Guest piece from Gregg Murset
Do your children earn an allowance for helping around the house (doing chores)? If not, then listen up because they should be.
During my more than 20 years as a Certified Financial Planner, I’ve heard plenty of reasons why a parent doesn’t want to pay an allowance for kids doing chores. Just none of them make sense if you are looking at the deeper meaning behind paying an allowance.
We all need motivation to get things done, and for the majority of adults, the greatest motivator is MONEY. And, despite what the “non-allowance” camp wants to say, MONEY is what motivates kids for the long haul too! That’s right, money! Not stickers, not points, not electronic monsters and not extra TV time.
Eventually everything comes back to money, so why shouldn’t we raise our kids to understand and appreciate what they will come to find out anyway? The earlier in life they realize and appreciate it, the faster they can learn the things they will need to know to make good financial decisions as adults.
According to a recent survey of more than 1,000 parents by The American Institute of Certified Public Accountants, 70 percent say they provide their kids a weekly allowance. Nearly 60% of these parents do so because their kids do chores around the house.
There is a great divide in this country when it comes to allowance. No matter which camp you belong to, this can’t be denied – paying a child an allowance for hard work will provide hands-on experience in earning, saving, sharing and spending. All valuable lessons they will need later as adults!
So, if you aren’t paying your child an allowance for helping around the house, where do your children learn these lessons? Certainly not at school! Here are some things I would like for you to consider when it comes to paying your children for helping around the house:
- Pay On Your Terms!
It doesn’t matter whether a parent gives an allowance for chores that are completed daily, weekly, monthly, or that go above being part of the family. Ideally, every week is best, but the key is to provide an allowance and drive home the many lessons associated with earning.
- Deduct For Bad Behavior
How many times have you walked through a store and heard a parent bribing a child to behave? Be honest, we’ve all done it. However, maybe more effective is to deduct money from a weekly allowance for bad behavior. Kids learn early the spending power of money, as well as the fact the less they have, the less they can buy. Don’t bribe when you can deduct!
- Start Young For More Experience
I believe two things are basically true when it comes to kids: 1) If they are old enough to make a mess, they are old enough to clean it; and 2) The younger our kids have something drilled into them, the better it sticks. Whether it’s an instrument, a sport or allowance, the same holds true. The earlier we implement these things, the stronger the foundation.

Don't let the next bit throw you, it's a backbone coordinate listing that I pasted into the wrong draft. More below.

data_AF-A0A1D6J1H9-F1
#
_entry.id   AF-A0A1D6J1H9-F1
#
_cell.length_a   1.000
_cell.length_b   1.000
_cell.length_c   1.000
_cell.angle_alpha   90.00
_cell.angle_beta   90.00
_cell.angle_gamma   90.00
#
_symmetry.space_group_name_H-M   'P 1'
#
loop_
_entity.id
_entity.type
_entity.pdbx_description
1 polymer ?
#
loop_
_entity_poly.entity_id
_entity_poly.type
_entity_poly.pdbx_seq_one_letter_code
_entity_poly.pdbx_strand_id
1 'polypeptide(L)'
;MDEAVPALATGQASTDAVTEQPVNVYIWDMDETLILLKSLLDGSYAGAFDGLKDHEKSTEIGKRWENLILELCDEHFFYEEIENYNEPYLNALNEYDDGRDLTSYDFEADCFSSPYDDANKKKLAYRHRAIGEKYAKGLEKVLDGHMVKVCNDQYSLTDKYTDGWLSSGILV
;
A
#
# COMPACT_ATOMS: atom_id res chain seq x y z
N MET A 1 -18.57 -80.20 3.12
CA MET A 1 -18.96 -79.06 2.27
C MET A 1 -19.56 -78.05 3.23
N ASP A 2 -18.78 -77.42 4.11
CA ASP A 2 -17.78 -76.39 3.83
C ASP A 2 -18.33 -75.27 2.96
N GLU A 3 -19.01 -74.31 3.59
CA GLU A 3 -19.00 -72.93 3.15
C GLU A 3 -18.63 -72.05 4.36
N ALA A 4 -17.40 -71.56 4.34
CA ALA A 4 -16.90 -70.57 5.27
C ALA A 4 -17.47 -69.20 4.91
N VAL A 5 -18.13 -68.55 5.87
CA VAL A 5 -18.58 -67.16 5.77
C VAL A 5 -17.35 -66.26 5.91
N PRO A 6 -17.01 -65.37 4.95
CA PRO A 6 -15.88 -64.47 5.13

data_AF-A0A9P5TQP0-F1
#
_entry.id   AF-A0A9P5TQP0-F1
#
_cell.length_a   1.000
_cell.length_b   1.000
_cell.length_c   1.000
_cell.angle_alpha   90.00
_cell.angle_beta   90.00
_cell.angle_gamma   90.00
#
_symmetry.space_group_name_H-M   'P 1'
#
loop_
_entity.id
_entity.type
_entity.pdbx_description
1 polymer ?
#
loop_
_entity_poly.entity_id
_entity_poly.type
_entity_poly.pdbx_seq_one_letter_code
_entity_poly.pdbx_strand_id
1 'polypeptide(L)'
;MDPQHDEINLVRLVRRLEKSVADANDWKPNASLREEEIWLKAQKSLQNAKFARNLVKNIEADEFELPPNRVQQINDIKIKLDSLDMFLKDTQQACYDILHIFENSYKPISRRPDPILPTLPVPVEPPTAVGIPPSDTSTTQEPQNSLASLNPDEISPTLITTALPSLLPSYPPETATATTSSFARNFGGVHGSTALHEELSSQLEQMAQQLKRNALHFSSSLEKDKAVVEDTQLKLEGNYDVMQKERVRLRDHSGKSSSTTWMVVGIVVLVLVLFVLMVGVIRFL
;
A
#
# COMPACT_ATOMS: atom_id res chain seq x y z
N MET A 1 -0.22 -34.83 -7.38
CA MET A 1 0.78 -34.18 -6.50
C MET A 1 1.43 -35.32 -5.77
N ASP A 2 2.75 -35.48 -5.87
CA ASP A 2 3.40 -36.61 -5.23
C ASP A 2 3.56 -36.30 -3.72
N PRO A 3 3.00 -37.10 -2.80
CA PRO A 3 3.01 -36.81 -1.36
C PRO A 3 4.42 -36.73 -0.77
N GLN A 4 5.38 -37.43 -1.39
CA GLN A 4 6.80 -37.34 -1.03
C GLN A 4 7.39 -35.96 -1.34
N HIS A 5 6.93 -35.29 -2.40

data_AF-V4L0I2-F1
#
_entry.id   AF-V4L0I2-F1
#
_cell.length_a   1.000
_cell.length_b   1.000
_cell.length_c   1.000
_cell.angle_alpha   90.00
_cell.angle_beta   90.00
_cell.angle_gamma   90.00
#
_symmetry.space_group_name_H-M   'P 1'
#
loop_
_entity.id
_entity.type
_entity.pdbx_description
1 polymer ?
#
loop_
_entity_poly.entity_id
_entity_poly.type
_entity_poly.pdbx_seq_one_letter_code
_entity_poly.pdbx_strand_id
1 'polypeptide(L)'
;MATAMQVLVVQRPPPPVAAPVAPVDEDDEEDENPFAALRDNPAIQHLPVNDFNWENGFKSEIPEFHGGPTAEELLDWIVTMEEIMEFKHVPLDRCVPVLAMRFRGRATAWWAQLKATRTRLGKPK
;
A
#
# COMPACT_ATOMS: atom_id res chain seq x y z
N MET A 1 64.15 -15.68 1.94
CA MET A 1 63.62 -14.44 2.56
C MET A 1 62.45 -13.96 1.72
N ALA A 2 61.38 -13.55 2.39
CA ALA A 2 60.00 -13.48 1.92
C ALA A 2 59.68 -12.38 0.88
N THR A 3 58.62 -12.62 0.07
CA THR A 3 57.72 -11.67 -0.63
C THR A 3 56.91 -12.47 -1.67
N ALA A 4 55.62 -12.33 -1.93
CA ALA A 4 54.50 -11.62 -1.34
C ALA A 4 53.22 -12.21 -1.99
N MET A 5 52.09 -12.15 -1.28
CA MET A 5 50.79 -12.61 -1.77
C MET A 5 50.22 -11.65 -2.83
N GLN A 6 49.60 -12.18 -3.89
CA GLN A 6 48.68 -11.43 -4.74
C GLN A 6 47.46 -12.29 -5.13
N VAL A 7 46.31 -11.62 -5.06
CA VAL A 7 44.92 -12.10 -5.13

- Let Your Kids Make Decisions
Once your kids have earned some money, let them make decisions on how to save, share and spend it. When your children begin to drive, you just don’t let them go out for the first time without you sitting in the passenger seat, do you? It’s very important for our kids to gain experience earning and managing money before we let them go out on their own. It’s ok to be their safety net but there are many valuable lessons to be learned by letting them use their hard earned money.
- Invest, Invest, Invest
When you give your kids an allowance, you should make them invest at least some of it. A few years ago a survey showed that a majority of Millennials (age 18-34) don’t invest their money because they don’t understand how investments work. Teaching kids about investments from an early age will have them ready for when the time is right. If your investment skills are subpar, learn it together.
- Don’t Quit
Parenting is about give & take, on & off and starting over. With that said, there will be a time when you’ll want to quit paying allowance and doing all the other things I’ve suggested. Please don’t! With our kids learning little to nothing about personal finance at school, it’s up to you to provide them with the background, insight and hands-on experience they will need to confront the millions of financial decisions waiting for them as adults. Without you, it could be a bumpy ride.
Gregg Murset, CEO BusyKid
The co-founder & CEO of BusyKid, Gregg is best known as groundbreaking inventor of My Job Chart which grew to nearly 1 million members in four years. My Job Chart was the first electronic chore/allowance platform to take advantage of our modern digital society. A father of six, Gregg is a certified financial planner and consultant who also became a leading advocate for sound parenting, child accountability and financial literacy. In 2014, he was named Chairman of 2014 “Smart Money Week” for the state of Arizona, as well as, the National Financial Educators Council Financial Education Instructor of the Year. A firm believer in improved financial education in schools, Gregg has conducted hundreds of media interviews around the U.S. in hopes of much needed change. Promoting these changes, Gregg took his family on a pair of RV trips in 2014 and traveled nearly 10,000 miles in just 31 days. When the trips were complete, the family had stopped in 22 different cities in 27 states and performed normal household chores for families in need and organizations requesting volunteers. Gregg is considered a pillar of his Arizona community and is regularly attending his kids sporting events or taking them on weekend camping trips.